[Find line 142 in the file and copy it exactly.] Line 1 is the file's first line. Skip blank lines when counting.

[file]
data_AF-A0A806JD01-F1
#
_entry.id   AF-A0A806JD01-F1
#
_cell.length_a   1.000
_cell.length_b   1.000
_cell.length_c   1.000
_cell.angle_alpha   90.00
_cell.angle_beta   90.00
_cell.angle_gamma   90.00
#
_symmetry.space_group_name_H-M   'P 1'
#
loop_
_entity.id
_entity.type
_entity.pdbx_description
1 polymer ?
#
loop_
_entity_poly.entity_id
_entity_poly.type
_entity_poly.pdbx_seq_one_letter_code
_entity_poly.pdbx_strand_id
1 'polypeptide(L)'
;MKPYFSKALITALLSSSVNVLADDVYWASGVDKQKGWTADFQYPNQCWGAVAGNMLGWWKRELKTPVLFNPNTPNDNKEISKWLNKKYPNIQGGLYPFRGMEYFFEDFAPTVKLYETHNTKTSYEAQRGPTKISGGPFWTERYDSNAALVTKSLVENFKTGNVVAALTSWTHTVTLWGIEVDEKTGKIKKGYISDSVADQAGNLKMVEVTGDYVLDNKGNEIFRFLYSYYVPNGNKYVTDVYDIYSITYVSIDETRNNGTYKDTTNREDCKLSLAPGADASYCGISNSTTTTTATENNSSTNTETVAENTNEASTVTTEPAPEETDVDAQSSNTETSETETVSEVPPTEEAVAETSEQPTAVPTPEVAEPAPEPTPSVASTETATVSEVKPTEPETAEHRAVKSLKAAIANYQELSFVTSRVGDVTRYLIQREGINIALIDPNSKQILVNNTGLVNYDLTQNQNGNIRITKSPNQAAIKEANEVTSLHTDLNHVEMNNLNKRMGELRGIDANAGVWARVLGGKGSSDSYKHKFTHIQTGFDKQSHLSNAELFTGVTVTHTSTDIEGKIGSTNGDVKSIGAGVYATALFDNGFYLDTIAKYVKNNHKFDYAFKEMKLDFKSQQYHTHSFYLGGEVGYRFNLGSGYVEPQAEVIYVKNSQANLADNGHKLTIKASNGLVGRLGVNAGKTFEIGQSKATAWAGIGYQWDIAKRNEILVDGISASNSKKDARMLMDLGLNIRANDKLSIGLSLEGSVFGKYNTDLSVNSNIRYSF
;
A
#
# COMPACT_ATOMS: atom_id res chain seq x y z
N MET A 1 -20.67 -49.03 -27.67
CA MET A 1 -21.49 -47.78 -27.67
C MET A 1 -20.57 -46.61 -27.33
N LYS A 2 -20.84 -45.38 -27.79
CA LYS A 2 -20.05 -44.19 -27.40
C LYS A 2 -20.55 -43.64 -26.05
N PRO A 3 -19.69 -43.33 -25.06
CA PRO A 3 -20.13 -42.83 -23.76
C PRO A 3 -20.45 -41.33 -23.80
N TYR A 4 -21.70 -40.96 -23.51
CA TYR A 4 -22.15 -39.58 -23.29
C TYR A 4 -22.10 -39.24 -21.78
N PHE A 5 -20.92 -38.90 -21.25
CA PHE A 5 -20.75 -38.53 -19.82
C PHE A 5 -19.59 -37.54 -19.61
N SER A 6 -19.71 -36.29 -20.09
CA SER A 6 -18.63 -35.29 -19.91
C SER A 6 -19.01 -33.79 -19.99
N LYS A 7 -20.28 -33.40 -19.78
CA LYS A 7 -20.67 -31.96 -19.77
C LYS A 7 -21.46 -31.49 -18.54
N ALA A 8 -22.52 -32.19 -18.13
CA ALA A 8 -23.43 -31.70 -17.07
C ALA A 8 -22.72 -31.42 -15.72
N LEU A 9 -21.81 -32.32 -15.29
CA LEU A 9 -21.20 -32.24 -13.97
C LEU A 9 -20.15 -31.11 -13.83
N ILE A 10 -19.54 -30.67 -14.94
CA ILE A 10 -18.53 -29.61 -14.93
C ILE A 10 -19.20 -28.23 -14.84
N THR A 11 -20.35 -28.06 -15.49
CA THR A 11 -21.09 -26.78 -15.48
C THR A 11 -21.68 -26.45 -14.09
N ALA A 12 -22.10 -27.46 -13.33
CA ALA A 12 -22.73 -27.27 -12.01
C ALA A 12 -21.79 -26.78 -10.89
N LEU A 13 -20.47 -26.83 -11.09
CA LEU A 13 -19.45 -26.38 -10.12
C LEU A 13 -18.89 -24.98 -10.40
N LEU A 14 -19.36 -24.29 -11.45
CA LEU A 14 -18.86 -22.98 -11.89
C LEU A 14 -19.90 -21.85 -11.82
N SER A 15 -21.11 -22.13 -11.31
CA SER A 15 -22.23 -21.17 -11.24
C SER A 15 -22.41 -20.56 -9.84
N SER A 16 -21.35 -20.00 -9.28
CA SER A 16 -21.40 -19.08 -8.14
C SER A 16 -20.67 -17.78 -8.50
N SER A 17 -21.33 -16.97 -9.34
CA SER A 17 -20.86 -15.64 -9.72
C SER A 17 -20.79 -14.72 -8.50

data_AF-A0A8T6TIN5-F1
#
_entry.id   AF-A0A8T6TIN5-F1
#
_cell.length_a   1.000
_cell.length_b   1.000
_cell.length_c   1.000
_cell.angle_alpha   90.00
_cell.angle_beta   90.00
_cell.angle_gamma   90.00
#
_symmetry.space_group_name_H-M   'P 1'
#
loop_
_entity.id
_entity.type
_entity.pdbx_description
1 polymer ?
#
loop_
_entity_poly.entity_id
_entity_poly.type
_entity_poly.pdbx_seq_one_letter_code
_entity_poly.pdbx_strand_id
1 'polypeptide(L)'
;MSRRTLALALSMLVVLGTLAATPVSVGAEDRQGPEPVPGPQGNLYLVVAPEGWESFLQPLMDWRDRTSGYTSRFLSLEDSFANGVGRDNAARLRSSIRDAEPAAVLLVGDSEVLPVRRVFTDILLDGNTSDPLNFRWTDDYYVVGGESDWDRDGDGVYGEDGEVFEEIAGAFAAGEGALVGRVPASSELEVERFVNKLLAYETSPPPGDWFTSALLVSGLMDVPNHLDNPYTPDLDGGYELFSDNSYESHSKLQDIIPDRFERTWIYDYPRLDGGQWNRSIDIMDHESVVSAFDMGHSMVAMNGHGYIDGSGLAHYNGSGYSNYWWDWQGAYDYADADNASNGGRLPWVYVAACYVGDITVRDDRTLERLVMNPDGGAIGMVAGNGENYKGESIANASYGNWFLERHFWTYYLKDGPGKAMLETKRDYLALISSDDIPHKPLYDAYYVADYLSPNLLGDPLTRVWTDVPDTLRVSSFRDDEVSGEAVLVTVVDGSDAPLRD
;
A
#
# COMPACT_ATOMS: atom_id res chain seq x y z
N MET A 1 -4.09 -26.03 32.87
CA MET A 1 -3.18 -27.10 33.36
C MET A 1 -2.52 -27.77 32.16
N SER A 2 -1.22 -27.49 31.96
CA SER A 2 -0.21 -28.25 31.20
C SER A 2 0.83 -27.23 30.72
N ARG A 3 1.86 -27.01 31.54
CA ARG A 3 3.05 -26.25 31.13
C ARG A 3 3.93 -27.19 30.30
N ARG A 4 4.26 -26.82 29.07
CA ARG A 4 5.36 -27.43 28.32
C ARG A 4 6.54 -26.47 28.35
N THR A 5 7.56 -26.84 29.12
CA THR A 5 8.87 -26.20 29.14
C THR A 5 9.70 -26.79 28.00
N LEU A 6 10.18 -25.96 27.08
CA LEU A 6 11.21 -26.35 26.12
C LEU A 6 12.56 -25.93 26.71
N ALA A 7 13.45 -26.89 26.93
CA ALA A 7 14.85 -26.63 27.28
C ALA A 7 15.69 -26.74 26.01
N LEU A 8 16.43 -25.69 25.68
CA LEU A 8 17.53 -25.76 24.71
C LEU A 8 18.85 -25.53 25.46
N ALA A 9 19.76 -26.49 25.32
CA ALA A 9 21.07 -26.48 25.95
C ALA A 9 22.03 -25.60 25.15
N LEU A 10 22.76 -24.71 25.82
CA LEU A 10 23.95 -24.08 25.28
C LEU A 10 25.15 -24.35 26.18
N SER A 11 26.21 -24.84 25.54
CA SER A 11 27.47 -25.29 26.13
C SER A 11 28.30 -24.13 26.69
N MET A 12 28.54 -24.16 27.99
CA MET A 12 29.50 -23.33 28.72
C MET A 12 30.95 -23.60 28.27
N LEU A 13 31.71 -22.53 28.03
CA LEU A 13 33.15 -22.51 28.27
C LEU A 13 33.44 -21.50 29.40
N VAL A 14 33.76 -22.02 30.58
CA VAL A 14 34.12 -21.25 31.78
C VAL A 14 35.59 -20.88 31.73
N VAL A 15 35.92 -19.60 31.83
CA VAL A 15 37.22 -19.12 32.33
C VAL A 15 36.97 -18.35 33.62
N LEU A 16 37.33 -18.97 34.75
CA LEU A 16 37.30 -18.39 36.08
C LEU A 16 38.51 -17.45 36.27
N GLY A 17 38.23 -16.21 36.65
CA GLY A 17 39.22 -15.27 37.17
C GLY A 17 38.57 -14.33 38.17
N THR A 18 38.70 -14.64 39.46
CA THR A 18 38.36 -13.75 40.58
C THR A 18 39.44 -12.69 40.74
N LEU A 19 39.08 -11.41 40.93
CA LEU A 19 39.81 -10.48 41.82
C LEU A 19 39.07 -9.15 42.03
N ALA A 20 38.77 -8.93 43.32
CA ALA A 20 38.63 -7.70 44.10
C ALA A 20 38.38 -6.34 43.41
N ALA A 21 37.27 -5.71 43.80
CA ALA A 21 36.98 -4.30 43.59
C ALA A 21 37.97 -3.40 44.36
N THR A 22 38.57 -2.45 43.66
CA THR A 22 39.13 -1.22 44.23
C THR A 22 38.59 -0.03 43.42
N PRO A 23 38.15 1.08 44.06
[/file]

N SER A 11 26.21 -24.84 25.54